Fifteensquared

Never knowingly undersolved.

Independent 6,899/Virgilius – It’s all about U

Posted by Ali on November 25th, 2008

Ali.

Great stuff as ever from the V-man. There’s a theme running through this one, with 9/25A kicking things off and then numerous references to the letter “U” in both clues and answers. I found some of this a little trickier than usual, but got there in the end with a few guesses.

Across
9/25 NANCY MITFORD – NANCY,M.I.T,FORD – Took a while to spot this, probably because I’m not very familar with the name. A quick Wiki has however shed quite a lot of light on the rest of the puzzle! Nancy Mitford was one of the ‘bright young things’ on the London social scene who was instrumental in popularising the idea of “U and “non-U” language
10 ROOT CAUSE – (TO A COURSE)*
11 VIRTUES – U in (STRIVE)* – First appearance of U here, this time referring to the film classification I guess
12 URANIUM – The letter U precedes V and W in t’alphabet and is also the symbol for the metal
13 REARS UP – (RAP USER)*
14 USE – “YOU”, “YEW” and EWE”!
15 YOU – Hidden in joYOUsly
17 INTRAVENOUS DRIP – IN + RAVENOUS DR in TIP – Lovely clue
20 YEW – Last letters of verY finE boW
22 EWE – Directions E,W,E. I’m guessing this refers to going in one direction and then back in the other if you make a U-turn?
23 SCULLER – SCULLER[-y] – ‘Single person having a row’ is a great definition
27 ROUNDEL – U in RONDEL
29 NOUNS – N in NOUS
Down
1 UNIVERSITY – I,VERS[-E} in UNITY – Great clue, not only as it links to the letter U again, but also references Unity Mitford!
2 UNDREAMT – (MADE TURN)*
3 SYRUPS – YR in SUPS
4 CROSSPIECE – Cha of CROSS + PIECE
5 NON-U – UN[-i]ON rev.
6 SCRAPERS – (PRESS CAR)*
8 GEUM – U(niversity) in GEM – Guessed this from the wordplay
14 UNOBSERVED – U (for Upper Class),NOB,SERVED
16 UPPER CLASS – UPPER,CLASS
18 ALEHOUSE – HE rev. in A LOUSE
21 WATTLE – I’ve come across wattle and daub before, but didn’t know that wattle was also the name given to the amusing, flappy bit that turkeys have under their beaks
24 U-TURNS – U(ranium),TURNS
26 DUOS – U (again!) in DOS

18 Responses to “Independent 6,899/Virgilius – It’s all about U”

  1. NealH says:

    The only one I didn’t quite follow was 7 down, Mutiny – “Under Menelaus, initially, very small rebellion”. Obviously “Menelaus, initially” = M and “very small” = tiny, but where does the U come from ? I don’t think it comes from the “Under” because that would give UM rather than MU. Although with so many Us floating around, perhaps we just have to assume there’s another one there.

  2. Geoff Moss says:

    Neal
    Menelaus was a king in Greek mythology and ‘mu’ is the Greek letter ‘M’.

  3. neildubya says:

    I was wondering about that one too. That aside, I thought this was a corker.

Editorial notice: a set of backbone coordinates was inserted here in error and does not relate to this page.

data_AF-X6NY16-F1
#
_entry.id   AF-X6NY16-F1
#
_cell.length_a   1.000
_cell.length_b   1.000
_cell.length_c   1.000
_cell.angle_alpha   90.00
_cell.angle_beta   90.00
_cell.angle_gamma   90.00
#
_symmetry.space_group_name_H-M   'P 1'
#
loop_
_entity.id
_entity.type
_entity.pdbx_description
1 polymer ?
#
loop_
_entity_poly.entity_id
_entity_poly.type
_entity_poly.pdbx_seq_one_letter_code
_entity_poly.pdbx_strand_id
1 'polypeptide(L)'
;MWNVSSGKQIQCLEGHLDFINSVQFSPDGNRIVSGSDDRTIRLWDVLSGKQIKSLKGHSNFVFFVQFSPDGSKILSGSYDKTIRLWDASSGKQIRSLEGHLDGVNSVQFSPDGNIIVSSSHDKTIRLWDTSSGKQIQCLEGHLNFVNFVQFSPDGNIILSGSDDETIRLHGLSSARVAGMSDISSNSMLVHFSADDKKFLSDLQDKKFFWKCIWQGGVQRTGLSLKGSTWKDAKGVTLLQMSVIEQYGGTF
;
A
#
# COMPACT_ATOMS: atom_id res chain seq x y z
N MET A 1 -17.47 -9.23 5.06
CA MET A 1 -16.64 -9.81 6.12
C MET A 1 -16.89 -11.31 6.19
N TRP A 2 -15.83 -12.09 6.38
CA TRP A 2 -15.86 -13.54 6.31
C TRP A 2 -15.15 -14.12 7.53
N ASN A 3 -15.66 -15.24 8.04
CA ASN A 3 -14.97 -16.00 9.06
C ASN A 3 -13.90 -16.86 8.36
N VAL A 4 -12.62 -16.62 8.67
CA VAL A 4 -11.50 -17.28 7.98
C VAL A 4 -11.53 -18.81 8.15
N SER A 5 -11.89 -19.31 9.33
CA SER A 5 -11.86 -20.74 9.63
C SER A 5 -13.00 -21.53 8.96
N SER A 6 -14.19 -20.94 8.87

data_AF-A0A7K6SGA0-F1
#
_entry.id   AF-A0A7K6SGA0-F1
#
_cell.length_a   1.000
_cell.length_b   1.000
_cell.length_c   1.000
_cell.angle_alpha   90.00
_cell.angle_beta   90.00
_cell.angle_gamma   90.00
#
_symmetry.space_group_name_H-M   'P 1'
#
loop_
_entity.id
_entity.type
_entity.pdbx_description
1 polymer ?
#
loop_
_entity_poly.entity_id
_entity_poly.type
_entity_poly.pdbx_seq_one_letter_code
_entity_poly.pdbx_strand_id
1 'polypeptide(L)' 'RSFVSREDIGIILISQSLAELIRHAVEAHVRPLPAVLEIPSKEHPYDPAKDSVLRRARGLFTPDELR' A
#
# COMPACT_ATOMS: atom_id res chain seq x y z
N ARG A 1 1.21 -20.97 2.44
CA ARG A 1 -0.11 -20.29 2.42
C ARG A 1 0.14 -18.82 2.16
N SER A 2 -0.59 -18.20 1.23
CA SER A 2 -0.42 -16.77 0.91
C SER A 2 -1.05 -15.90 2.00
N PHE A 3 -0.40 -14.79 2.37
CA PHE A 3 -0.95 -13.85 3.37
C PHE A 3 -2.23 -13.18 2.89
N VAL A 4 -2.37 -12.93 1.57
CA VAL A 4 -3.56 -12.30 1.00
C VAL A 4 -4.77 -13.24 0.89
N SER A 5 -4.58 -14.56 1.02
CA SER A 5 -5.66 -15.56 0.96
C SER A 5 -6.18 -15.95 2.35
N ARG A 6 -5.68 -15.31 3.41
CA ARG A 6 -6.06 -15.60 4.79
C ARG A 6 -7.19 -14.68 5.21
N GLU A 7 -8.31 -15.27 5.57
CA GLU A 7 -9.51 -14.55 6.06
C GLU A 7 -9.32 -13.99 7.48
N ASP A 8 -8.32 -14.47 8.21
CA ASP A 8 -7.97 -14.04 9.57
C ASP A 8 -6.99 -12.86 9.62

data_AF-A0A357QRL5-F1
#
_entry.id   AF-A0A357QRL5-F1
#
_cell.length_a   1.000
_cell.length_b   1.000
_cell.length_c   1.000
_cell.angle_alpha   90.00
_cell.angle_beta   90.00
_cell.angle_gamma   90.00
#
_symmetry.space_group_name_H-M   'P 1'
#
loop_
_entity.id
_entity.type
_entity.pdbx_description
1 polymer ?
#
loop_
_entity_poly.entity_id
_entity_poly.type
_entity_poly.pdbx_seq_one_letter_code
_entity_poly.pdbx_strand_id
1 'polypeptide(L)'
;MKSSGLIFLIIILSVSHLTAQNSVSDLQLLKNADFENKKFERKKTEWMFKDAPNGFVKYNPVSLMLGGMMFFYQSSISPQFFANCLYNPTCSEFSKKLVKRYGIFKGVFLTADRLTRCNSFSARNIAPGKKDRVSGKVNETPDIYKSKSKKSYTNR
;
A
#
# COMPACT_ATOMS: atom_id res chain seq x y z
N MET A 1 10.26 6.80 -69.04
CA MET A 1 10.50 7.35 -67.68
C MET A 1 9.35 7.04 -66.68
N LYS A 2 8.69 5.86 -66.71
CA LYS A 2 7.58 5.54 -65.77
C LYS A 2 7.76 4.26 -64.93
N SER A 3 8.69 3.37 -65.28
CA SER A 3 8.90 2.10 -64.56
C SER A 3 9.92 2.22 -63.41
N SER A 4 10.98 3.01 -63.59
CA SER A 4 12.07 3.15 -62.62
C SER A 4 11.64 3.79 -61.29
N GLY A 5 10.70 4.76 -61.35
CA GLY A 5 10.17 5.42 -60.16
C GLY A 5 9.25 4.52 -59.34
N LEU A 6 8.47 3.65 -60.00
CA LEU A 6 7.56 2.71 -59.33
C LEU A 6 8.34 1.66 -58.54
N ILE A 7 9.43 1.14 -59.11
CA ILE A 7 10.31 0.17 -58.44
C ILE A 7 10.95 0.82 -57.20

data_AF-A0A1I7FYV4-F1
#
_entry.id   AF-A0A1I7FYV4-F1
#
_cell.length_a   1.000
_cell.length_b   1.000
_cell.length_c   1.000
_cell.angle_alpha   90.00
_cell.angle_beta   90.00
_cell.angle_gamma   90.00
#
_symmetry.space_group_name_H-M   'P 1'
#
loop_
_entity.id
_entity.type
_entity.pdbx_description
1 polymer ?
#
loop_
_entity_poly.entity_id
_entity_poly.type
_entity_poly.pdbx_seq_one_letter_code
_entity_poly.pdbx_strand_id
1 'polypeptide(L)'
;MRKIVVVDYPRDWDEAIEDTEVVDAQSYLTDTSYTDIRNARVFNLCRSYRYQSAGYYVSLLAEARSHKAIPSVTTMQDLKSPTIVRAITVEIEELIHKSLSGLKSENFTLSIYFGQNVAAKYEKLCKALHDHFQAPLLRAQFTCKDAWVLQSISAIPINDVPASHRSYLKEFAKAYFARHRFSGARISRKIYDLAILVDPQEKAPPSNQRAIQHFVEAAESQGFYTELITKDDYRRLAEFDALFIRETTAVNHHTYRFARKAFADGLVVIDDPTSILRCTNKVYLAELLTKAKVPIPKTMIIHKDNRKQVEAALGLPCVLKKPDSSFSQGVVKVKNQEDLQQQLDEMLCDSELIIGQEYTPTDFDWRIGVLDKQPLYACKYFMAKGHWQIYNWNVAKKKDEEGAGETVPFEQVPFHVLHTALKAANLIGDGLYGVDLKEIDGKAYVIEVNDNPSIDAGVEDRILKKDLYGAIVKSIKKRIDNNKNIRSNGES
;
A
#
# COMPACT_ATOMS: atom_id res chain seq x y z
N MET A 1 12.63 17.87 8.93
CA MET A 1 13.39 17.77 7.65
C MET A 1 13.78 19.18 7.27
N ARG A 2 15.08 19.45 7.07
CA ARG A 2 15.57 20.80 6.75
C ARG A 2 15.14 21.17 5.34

4. neildubya says:

    Now that Geoff’s explained it, you can scrap “that aside” from my previous comment.

  5. Colin Blackburn says:

    An excellent from me too.

    27ac ROUND+EL seems to work as a charade (as well as the given insertion clue) since ROUNDEL = RONDEL

  6. mhl says:

    Excellent stuff today, and it’s nice having the possibilities of U (and non-U) being explored a bit further than just a single letter indicator – getting NANCY MITFORD early on helped me in guessing that theme, even though there was no explicit link between that clue and the “U”s.

    Could someone possibly explain why 19d (RULED OUT, I assume) is “Like poor service, perhaps”?

  7. NealH says:

    I decided it was to do with tennis (i.e. a serve ruled out).

  8. neildubya says:

    19d – in tennis, a serve can be RULED OUT by the umpire.

  9. neildubya says:

    Snap!

  10. mhl says:

    Oh, of course :) Thanks…

  11. nmsindy says:

    Great puzzle – I, too, read it as ROUND EL

  12. Colin Blackburn says:

    As is often the case with themes like this one, I’m left wondering about the small number of apparently non-thematic entries. Was Virgilius kicking himself at not being able to find 3 more U-words to replace WATTLE, SCRAPER and CROSSPIECE? Or, is there some hidden relevance to these words? I guess U isn’t the easiest vowel to work with.

  13. Mick h says:

    Super puzzle, but surprised about solutions without U – thought U’s ubiquity would result.

  14. Paul B says:

    Could I just say in a very small voice way that, though Menelaus was (or is, to all mythological intents and purposes) Greek, ‘Menelaus (as spelt here, i.e. in English, i.e. in the Latin derivation) initially’ should probably not equal MU.

    (I am not jealous of this brilliant puzzle or anything.)

  15. Paul B says:

    (Delete ‘way’ or ‘voice’ above, according to preference.)

  16. Testy says:

    Paul, I’m not sure I understand. Even in the Greek form wouldn’t Menelaus’s name have begun with M (i.e. the Greek mu). I know it’s not always authoritative but Wikipedia seems to suggest that the Greek spelling would be ???????? (hope these characters come out OK when I submit???) so his initial would have been the Greek letter MU.

  17. Testy says:

    I guess not!

  18. Paul B says:

    Bad luck Testy. I’d like to have seen it too!

    To return to business, I mean, had the spelling been representative of Greek (with the Greek character set possibly a *bit* beyond some solvers) I’d have bought it. As it wasn’t (the etymology of ‘Menelaus’ is Latin, with ‘Menelaos’ the Greek equivalent, AFAIA), I wondered whether we really could have (in SI) MU as a truly sound representation of the ‘initial’ letter (arbitrary surfaces and all that).

Leave a Reply

Don't forget to scroll down to the Captcha before you click 'Submit Comment'

XHTML: You can use these tags: <a href="" title=""> <abbr title=""> <acronym title=""> <b> <blockquote cite=""> <cite> <code> <del datetime=""> <em> <i> <q cite=""> <strike> <strong>


four × 7 =